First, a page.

The minutes from the previous meeting were accepted as written in the newsletter. The treasurer's report was given by Pat Ware.

Old Business

It was mentioned by President Candy that volunteer hours for the Garden Festival and other hours worked need to by given to Don Rehberg.

President Candy announced that Vito Megna will be the chairman for the Bonsai Club Show in May. Vendor tables were discussed. The secretary was also directed to make an inventory of who has all the various materials used at the show once our show is completed for this year.

New Business

It was decided that 400 brochures will be printed for the show this year.

Candy mentioned that volunteers will be needed to clean up the Permanent Display area prior to our show. Elaine White will make arrangements for a time and the club will be notified. Everyone who can help is encouraged to come.

Gloria Norberg proposed a study group on wiring. Various options for having such a program were discussed. It was decided that a series on wiring will be arranged to start in January of next year.

Meeting was adjourned by President Candy at 8:30 P.M.

The Texas State Bonsai Exhibit, Inc.

A statewide contest is underway to choose a logo to be used for fund raising, advertising and on official documents.

The contest kick-off was Mach 23rd at the LSBF Convention held in Dallas and runs until 11:59 PM CDT June 30, 2001.

Contact Elaine White for a copy of the official rules. She will have them at the next meeting.

Vendor Call.

People wishing to vend at our club show should send a check in the amount of $35.00 per table, with a maximum of two tables, to Candy Hansen, 601 Kay Lane, Pflugerville, TX 78660 as soon as possible. Space is very limited, so we will make an effort to accommodate requests, but no promises can be made. Applications for space must be in by May 10, and space assignments will be made after that date. Vendors will be notified before the show as to their location.

Don’t Let Tetanus Nail You

Spring is here, and that means yard work and house repairs. Your chores will be a lot safer if you’ve had a tetanus shot within the last ten years, but most people can’t remember if they have.

A recent study at the University of Florida in Gainesville found that two out of three people over age 60 lacked adequate immunity against tetanus, a life-threatening medical condition. Doctors recommend that adults (not just senior citizens) should have a tetanus booster every ten years. (Check with your doctor to see when your last tetanus booster was given.)

Although rare, tetanus is often fatal. It happens when bacteria invade an open wound and cause lockjaw, muscle spasms, difficulty swallowing, headache, and fever. Any deep puncture should be cleaned quickly and thoroughly because dirt and dead tissue promote the growth of bacteria.

Taken from Austin Gardener, published monthly by The Men’s Garden Club of Austin, April 2001

Dear Austin club members:

Thank you so much for all of your support during the Dallas LSBF Convention. I had a wonderful time and was glad to see that everyone else did too. I've been busy having nothing to more to do than take care of my kids and work on my son's school class project for the annual school fund raiser (can't get enough of fund-raisers I guess).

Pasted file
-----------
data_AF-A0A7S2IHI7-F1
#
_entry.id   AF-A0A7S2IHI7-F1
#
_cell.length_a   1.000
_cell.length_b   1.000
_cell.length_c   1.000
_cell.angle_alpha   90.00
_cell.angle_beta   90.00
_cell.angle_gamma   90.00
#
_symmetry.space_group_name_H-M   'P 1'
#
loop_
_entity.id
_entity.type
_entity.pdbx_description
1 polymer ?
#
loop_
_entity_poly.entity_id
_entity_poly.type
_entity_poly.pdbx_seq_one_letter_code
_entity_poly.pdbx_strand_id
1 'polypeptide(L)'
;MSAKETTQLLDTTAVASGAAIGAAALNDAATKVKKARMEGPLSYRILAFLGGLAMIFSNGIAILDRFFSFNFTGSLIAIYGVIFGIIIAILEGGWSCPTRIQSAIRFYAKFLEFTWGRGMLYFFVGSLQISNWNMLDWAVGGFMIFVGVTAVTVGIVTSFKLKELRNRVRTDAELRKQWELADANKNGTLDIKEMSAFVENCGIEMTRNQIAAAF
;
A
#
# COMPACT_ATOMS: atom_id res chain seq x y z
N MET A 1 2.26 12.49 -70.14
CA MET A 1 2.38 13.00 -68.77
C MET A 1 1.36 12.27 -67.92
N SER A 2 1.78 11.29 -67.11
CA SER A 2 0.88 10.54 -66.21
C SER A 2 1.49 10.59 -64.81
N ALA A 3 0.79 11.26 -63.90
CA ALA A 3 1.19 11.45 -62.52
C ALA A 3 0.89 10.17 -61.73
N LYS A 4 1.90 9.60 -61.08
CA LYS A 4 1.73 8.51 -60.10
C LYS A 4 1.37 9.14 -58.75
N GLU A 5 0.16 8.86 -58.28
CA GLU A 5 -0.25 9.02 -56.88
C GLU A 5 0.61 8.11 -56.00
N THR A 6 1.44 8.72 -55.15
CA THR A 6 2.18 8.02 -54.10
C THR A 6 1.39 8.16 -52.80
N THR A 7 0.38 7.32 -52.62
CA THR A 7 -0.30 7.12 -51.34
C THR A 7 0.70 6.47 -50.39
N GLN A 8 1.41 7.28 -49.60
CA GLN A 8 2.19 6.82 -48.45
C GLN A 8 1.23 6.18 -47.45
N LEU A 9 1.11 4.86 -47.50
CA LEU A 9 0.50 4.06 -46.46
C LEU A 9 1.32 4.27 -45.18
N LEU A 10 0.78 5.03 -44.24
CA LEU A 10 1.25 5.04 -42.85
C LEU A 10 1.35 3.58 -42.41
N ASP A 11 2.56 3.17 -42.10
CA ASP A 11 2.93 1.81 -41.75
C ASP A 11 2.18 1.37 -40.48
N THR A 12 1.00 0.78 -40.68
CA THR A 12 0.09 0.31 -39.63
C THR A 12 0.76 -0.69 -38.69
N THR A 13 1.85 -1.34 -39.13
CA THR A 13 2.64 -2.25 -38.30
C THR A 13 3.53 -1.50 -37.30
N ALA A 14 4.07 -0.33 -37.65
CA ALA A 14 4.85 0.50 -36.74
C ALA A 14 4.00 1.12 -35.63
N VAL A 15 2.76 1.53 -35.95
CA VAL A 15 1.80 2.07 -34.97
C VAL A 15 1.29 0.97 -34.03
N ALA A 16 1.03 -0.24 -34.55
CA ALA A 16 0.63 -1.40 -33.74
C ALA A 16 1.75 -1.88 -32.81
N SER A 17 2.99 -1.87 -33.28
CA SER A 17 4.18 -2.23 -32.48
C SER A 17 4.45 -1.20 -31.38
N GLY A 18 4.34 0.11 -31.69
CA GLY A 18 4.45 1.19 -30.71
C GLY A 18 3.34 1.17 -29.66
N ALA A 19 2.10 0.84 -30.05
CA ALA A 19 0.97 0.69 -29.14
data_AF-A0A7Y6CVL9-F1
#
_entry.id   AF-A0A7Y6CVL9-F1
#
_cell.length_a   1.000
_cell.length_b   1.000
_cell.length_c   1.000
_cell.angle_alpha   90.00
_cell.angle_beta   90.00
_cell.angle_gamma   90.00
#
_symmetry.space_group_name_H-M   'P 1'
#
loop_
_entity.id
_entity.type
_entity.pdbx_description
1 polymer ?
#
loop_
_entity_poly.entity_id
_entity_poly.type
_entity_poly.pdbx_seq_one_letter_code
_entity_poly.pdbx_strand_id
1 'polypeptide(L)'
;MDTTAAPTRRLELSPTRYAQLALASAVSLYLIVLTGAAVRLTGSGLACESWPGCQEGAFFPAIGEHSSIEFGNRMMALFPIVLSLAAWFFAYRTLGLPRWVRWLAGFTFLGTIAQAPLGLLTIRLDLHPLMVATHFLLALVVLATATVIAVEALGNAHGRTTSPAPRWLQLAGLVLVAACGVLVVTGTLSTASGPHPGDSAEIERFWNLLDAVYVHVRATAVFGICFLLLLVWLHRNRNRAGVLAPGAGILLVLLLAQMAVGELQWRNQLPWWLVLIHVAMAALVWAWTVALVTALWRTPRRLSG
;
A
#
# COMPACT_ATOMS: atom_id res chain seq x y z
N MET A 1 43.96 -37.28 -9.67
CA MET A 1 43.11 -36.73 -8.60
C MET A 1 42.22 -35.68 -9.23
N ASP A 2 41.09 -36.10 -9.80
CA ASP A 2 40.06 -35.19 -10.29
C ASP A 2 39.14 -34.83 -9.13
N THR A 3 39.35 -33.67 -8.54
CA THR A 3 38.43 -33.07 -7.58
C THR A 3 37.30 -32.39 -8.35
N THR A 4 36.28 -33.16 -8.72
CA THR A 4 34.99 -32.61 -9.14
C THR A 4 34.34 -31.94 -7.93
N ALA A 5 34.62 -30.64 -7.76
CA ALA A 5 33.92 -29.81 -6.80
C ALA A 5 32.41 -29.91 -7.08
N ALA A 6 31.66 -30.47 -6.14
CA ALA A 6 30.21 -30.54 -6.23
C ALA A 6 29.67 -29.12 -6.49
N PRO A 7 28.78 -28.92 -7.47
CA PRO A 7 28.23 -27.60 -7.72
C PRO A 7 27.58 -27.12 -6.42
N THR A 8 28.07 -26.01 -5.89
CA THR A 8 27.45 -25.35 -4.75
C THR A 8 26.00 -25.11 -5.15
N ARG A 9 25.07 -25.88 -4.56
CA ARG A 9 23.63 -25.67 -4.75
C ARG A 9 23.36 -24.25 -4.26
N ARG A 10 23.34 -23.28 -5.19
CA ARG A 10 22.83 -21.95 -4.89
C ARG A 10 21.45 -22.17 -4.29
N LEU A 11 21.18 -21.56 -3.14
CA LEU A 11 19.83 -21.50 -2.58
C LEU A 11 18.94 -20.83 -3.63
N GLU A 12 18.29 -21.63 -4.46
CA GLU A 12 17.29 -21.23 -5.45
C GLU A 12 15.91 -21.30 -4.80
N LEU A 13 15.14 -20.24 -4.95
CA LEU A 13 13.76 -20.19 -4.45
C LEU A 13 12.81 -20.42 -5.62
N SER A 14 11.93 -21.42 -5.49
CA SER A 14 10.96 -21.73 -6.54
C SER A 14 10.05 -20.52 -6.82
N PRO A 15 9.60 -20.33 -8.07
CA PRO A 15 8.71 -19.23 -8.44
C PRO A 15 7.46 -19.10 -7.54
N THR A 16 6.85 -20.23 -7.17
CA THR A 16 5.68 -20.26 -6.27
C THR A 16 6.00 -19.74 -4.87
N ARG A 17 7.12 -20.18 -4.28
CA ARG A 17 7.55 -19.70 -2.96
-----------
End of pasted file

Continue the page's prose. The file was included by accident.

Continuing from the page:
The Austin club was represented by many! Pat and Chuck Ware were instrumental guides in my quest to put on a good show plus Chuck turned some heads with his saikei at the Texas Stars brunch! Terry Ward did a wonderful job on the newsletter working closely with Craig (who by the way is an excellent teacher and should be considered for an LSBF traveling guest artist). Speaking of great teachers, there would be something missing if Vito didn't put on the children's workshop, thanks Vito! The Hansen's were there, as well as Gloria Norberg, Els Ulug, Alisan Clarke, Elaine Clarke..........(if I left you out it was only to save space in your newsletter).

Thank you ALL for making this a successful convention and know that you can count on the Dallas Club to be there next year to lend a hand. See you in New Braunfels!


Sylvia Smith - Convention Chairman, Dallas

Bonsai Tools

Your first peek at a bonsai tool catalogue can be absolutely frightening! The truth of the matter is, there are very few tools required to do bonsai. As in any hobby or art form “needs” can stretch as far as the purse strings. In a beginner class, it might be suggested a minimum of three tools:

  1. Medium sized (8”) concave cutter
  2. Medium sized shears (with handles that feel best)
  3. Pointed chopstick

Many beginners are a little more anxious and want a tool set. A good five piece set consists of:

  1. Concave cutters
  2. Medium shears
  3. Wire cutters
  4. Rootrake or rootpick
  5. Tweezers

When on a limited budget, the one tool, above all others, is the 8” concave cutter. This tool is difficult if not impossible to substitute, and is recommended by every bonsai instructor. (Although the 6” concave cutter is less expensive, it is frequently too small to do the job and is often misused.)

Bonsai tools have been created especially for bonsai by bonsai people. Each tool has a specific purpose, although many are duplicated and only differ in style and size.

Concave cutter:
Removes small to medium sized branches very close to the trunk. Leaves no “nubs”. Cuts heal quickly and smoothly.